Change your mindset to open up new business models, urges Sven Fund
As someone deeply steeped in the world of publishers and technologists, I have a keen interest in observing the impact that tech innovation is having on book publishing. The arrival of e-readers, the unexpected surge in popularity of audiobooks and the complex relationship between Amazon and publishers have all played a key role in shaping the industry.
But perhaps the most significant change of the past decade is that readers are becoming less bound to the book as a tangible product, as it is no longer at the core of our media consumption. In the age of digitality, it is now more appropriate to think in terms of ‘content’.
Before elaborating on what this shift in perspective means for the wider publishing industry, it is first worth making the distinction between what we mean by ‘digitality’, which differs from ‘digitisation’.
With the digitisation process, the business model is still essentially print-based – the publisher repurposes already available content in print for a digital platform, such as an e-reader, and simply resells it in a new format. In the context of ‘digitality’, content is born digital and opens up multiple avenues for completely new business models.
In principle, this digital publishing strategy is more attuned to our tech-driven times and one that you would expect publishers to be keen to adopt for their own business. However, digital should be viewed as a mindset, rather than a technology – and if it is one to be more widely adopted by publishers, then they must first get better at innovation management.
- Sven Fund, fullstopp
The reality is that, with the technology available today, content can be upgraded, digitally redistributed and even reprinted on-demand.
There are two types of publishers: those that reinvent their business, and those that resist innovation until it is already a widely-adopted solution. You can be either proactive or reactive in your approach. There are still ‘digitally illiterate’ publishers that may have access to digital products and be familiar with their benefits, but have not fully embraced the possibilities of digitality.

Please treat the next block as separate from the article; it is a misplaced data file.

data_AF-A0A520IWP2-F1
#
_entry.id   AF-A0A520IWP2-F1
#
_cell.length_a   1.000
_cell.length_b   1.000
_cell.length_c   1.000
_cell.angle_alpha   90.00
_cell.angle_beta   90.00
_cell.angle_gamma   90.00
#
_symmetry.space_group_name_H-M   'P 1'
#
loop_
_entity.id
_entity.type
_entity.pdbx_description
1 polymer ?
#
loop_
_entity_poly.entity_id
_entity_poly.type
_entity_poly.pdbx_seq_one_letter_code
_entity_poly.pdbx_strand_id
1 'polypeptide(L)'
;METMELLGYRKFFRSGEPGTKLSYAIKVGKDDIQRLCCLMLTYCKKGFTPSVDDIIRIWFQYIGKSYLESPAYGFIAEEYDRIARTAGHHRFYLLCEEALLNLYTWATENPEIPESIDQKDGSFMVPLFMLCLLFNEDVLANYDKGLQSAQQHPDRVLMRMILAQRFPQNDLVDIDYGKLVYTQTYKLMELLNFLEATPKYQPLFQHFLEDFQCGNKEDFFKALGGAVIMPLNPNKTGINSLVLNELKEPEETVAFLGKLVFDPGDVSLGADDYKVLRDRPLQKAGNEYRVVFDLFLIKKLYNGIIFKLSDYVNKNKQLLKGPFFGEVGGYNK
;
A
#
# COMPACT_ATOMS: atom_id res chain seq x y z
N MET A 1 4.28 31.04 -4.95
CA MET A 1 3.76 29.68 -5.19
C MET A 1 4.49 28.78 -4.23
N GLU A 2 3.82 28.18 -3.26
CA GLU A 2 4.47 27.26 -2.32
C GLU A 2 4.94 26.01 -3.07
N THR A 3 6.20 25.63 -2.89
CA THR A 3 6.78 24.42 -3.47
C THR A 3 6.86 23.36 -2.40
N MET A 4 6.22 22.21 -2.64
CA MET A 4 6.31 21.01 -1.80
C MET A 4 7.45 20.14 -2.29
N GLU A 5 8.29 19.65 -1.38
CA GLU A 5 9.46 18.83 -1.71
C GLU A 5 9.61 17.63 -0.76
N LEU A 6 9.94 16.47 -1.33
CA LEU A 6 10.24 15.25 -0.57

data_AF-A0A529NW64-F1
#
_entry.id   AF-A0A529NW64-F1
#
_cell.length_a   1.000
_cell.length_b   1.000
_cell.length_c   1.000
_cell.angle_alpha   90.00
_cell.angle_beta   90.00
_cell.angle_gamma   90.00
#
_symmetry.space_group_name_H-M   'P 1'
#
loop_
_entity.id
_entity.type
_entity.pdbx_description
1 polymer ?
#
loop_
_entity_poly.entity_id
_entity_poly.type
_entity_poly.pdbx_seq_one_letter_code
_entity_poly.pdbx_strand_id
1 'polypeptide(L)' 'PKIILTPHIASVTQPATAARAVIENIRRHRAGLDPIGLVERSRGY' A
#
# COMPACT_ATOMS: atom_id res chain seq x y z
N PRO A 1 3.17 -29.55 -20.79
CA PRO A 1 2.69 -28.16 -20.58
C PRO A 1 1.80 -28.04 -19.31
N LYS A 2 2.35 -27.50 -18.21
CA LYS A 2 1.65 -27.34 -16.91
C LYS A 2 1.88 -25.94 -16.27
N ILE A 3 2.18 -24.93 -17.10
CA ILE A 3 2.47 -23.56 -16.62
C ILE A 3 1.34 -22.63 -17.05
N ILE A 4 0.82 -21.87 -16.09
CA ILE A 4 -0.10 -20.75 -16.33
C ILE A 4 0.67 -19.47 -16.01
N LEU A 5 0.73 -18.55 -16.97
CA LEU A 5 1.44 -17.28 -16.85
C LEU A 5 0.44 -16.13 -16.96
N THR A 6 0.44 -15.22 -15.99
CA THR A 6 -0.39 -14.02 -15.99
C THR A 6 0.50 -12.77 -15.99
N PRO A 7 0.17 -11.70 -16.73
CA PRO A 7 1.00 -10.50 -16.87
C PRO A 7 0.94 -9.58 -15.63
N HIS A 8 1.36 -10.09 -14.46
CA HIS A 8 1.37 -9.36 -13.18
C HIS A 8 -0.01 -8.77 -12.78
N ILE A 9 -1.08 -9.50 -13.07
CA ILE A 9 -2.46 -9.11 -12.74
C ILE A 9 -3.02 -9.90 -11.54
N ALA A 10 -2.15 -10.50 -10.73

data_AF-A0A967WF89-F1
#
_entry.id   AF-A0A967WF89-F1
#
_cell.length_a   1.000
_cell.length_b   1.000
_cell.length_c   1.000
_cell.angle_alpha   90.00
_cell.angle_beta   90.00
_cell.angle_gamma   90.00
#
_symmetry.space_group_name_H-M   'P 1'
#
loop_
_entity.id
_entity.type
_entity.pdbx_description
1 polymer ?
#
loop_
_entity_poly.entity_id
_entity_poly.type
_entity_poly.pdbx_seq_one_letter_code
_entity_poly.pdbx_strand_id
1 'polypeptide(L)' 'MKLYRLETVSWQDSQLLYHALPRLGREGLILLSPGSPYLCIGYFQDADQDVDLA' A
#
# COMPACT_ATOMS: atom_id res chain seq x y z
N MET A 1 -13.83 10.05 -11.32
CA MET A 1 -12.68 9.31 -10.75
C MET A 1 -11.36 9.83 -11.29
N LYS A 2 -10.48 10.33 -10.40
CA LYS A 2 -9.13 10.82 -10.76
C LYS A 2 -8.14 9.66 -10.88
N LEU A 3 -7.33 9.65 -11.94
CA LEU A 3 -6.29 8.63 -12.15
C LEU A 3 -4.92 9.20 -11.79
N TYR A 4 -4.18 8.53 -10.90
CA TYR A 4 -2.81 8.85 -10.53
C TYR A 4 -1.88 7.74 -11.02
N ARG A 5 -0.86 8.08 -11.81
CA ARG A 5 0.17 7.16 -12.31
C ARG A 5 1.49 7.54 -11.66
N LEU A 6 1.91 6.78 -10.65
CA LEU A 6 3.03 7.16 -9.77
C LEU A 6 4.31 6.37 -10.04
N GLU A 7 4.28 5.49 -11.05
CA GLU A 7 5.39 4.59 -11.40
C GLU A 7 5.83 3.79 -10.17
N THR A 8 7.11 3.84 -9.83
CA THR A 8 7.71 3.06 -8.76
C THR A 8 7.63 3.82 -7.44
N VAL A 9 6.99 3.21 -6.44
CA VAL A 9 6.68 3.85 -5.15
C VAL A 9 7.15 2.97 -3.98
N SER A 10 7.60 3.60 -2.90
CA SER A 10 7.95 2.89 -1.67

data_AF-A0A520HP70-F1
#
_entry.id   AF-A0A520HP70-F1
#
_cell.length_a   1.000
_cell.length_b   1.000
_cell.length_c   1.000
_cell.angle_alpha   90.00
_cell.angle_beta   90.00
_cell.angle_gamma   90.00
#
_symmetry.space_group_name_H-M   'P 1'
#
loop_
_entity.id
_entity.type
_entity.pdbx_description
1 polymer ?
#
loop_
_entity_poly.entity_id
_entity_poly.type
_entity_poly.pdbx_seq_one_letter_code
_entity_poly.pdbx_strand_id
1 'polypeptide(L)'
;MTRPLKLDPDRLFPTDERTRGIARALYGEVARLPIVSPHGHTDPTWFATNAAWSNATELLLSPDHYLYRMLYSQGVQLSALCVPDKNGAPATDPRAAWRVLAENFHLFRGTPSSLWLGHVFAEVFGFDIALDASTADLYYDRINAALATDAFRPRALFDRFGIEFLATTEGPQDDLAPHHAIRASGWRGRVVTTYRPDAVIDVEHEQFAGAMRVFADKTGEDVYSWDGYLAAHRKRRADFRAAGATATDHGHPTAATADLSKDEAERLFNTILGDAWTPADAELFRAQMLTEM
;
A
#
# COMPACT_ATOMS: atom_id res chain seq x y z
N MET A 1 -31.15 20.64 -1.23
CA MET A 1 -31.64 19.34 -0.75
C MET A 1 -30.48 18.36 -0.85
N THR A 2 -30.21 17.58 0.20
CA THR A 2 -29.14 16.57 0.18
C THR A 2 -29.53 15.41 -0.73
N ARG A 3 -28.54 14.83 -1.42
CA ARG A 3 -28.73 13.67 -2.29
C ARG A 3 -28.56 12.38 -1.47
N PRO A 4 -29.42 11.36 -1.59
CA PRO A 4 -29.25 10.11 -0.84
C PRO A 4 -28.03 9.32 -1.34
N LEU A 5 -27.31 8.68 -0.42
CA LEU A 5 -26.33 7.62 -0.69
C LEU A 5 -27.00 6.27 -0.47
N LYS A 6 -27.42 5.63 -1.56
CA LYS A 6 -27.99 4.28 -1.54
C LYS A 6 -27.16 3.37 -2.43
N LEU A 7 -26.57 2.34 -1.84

With that in mind, it is safe to assume that publishers are not making full use of the technological features that are available in their industry. And, therefore, they do not understand the full impact that book publishing technology can have on the way they operate.
People in the publishing sector struggling to embrace ‘content’ as a dynamic concept are the same people that continue to view books as tangible, single-use products that are printed and distributed once, and then transferred to a different platform. The reality is that, with the technology available today, content can be updated, digitally redistributed and even reprinted on-demand.
This is why we should be encouraging more publishing businesses to adopt the digital mindset. To capitalise on the possibilities afforded by dynamic content management and digital printing technology.
A digital mindset enables publishers to embrace a future in which short runs and on-demand delivery are possible. In which a more proactive lifecycle management of publishing assets enables them to maximise the commercial value of their content and make it more readily accessible to consumers.
Meanwhile, if book producers have invested in a digitised production, they are able to play a valuable role in motivating and guiding their publishers to think digitally and implement streamlined digital-first processes, enabling business models that will help them innovate.
As you can see, book publishing innovation is not a one-way street. It is more likely to be achieved through a sustained, trilateral collaboration between publishers, book printers and technology solution providers.
Sven Fund is Founder & Managing Director at fullstopp, a consultancy for academic publishing houses that provides strategic guidance on a number of issues ranging from change management to mergers and acquisitions. Sven’s company not only works with vendors, such as printing companies or distributors, but also acts as an interface between academic libraries and publishers.